If there’s a Quick Time Event that pulls us out of our comfort zone, it’s that left-right wiggle of a thumbstick that we’re never quite sure of. Are we doing it too fast? Too slow? Is it our left and right, or the characters? This QTE earns the number five slot by breaking new ground in the Quick Time Event genre, by refusing to be confined to the press of a button.
4. Move the Reticle
This QTE stands on the giant shoulders of the Thumbstick Wiggle, co-opting the mechanics of it and regular STEs (Slow Time Events, or regular gameplay) and bring a breath of fresh air to the genre. This relatively recent Quick Time Event requires the player to move their cursor to a target position, or in a particular direction, and at number four, it’s one of our definite favourites.
Whether it’s the way you’re caught unaware, unsure of which way the reticle will have to go, this QTE requires both finesse and quick reactions to be overcome.
3. Mash A
The button mash has become something of an artform over the years, with many variants of mash adding endless amounts of activity to games. Though the history of this QTE has been rumoured to have dubious links to the manufacturers of game peripherals, this is by far the most timeless of all QTEs, and still feels as relevant today as it did at inception.
No button mash exemplifies this particular artform like Mash A, the grandfather of the button mash. The reason we’re drawn to it, and why it makes our number three, is that it encapsulates the shadow of failure looming over any path to success. The button presses are manageable at first, with control firmly in the steady hands of the player, yet as time goes on, the illusion suggests the player is no longer in control.
This twist of expectation brings doubt with each successive press, and the player in turn becomes cognizant of their own mortality.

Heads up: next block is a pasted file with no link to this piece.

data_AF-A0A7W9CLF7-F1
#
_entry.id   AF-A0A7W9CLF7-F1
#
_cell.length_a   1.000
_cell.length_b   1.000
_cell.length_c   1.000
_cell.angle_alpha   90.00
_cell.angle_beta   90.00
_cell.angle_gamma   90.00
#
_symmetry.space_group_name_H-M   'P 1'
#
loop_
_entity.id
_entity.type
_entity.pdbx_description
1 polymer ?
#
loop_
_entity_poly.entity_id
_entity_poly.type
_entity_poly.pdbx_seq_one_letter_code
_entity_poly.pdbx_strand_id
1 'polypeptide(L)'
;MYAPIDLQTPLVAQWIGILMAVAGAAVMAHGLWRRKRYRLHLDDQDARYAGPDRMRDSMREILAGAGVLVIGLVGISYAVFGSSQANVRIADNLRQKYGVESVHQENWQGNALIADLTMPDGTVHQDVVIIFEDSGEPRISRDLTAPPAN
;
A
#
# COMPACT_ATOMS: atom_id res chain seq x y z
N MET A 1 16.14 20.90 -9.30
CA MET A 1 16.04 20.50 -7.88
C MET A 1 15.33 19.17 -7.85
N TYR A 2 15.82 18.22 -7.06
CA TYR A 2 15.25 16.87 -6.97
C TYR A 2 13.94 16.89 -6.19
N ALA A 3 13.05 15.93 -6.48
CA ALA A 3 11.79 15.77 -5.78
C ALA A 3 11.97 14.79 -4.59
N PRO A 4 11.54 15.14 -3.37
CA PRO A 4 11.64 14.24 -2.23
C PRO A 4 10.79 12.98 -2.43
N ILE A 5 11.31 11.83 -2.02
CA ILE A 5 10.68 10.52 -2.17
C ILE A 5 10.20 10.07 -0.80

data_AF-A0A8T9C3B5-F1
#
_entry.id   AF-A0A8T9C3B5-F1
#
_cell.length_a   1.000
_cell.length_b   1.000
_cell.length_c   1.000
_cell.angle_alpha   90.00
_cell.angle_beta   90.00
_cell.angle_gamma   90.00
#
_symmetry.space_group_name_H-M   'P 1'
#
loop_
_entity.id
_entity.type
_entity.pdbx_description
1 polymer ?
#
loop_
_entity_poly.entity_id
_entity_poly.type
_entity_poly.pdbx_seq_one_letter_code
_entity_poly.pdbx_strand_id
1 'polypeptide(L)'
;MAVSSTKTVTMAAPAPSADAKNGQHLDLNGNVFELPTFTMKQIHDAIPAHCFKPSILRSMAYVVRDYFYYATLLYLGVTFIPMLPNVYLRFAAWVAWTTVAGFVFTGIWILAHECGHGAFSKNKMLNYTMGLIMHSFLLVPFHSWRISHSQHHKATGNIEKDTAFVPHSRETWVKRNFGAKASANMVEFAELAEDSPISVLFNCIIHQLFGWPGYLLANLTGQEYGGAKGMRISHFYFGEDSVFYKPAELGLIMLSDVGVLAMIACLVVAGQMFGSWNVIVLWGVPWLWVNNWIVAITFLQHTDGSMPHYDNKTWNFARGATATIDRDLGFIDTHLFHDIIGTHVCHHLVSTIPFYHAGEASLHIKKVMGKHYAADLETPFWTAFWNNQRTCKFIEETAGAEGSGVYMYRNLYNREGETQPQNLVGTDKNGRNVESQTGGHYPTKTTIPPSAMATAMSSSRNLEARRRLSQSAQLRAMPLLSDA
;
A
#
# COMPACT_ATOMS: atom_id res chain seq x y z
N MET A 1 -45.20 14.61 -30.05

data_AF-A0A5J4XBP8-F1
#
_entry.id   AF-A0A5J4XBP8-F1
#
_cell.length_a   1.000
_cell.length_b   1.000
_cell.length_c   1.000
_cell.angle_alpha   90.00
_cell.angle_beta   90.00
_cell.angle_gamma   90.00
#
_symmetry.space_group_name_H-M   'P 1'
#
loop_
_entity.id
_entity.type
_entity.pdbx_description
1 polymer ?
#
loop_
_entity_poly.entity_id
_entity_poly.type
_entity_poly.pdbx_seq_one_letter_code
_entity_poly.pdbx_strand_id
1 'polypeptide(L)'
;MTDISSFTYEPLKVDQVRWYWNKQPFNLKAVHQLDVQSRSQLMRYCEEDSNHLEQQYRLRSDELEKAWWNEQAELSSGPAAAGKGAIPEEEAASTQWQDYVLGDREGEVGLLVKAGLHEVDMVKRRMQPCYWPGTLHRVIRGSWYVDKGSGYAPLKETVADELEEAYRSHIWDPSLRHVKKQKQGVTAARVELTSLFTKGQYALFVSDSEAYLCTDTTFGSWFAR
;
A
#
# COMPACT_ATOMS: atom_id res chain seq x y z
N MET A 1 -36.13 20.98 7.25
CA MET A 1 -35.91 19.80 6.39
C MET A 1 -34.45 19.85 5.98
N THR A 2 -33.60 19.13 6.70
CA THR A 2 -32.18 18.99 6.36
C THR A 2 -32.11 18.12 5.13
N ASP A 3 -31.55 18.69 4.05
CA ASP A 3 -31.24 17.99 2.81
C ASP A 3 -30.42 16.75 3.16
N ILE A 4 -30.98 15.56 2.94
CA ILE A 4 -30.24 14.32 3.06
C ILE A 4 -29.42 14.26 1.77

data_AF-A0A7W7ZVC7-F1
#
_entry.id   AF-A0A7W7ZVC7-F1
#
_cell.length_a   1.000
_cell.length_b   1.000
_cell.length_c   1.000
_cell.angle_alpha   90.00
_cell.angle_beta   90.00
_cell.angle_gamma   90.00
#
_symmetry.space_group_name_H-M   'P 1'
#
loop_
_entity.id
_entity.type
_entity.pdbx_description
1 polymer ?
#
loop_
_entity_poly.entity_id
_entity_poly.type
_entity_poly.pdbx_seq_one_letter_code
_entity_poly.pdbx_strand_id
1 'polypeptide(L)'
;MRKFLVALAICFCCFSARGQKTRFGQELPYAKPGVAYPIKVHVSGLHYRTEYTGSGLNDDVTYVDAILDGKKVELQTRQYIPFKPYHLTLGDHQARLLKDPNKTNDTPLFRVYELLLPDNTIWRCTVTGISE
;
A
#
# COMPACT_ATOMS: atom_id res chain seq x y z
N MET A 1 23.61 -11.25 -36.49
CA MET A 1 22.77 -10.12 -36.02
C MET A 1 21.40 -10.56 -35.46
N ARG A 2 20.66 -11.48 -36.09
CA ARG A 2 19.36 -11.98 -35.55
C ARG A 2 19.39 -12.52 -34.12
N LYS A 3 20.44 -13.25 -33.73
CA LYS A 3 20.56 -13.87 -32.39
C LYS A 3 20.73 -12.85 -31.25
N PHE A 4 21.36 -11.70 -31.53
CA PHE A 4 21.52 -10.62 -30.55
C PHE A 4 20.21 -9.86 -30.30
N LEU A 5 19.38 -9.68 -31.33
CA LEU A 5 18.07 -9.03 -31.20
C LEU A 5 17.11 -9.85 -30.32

2. The Agnostic’s Bane
It’s okay, I’ll wait.
No, that’s A.
No, that’s Square.
No, that’s 1.
If ever there was a QTE that broke the fourth wall, that set out to categorise us, it can only be the treacherous Press X, a challenge for any gamers that play across a variety of platforms. This QTE is close to our favourite, but The Agnostic’s Bane only makes number two on the list.
1. That One Which Pops Up Halfway Through An Eight Minute Cut Scene While You’re Sitting Back On The Couch Watching And Not Holding The Controller
The genius of this one, and why it’s our favourite QTE, is that it deconstructs the act of playing into it’s most basic form. The Player Plays. That One Which Pops Up Halfway Through An Eight Minute Cut Scene While You’re Sitting Back On The Couch Watching And Not Holding The Controller says no to the passive player, and pulls them back into the game, making them an active participant in the sequence once again.
The core attribute of a game is that it’s the player who acts, and it’s through their actions that the game moves forward. Instead of being lost to a story or absorbed in a world unfolding before them, That One Which Pops Up Halfway Through An Eight Minute Cut Scene While You’re Sitting Back On The Couch Watching And Not Holding The Controller empowers the player with the knowledge that they are still playing a game.
Which are your favourite QTEs? Did we miss one? Tell us in the comments!
– Nick Hu.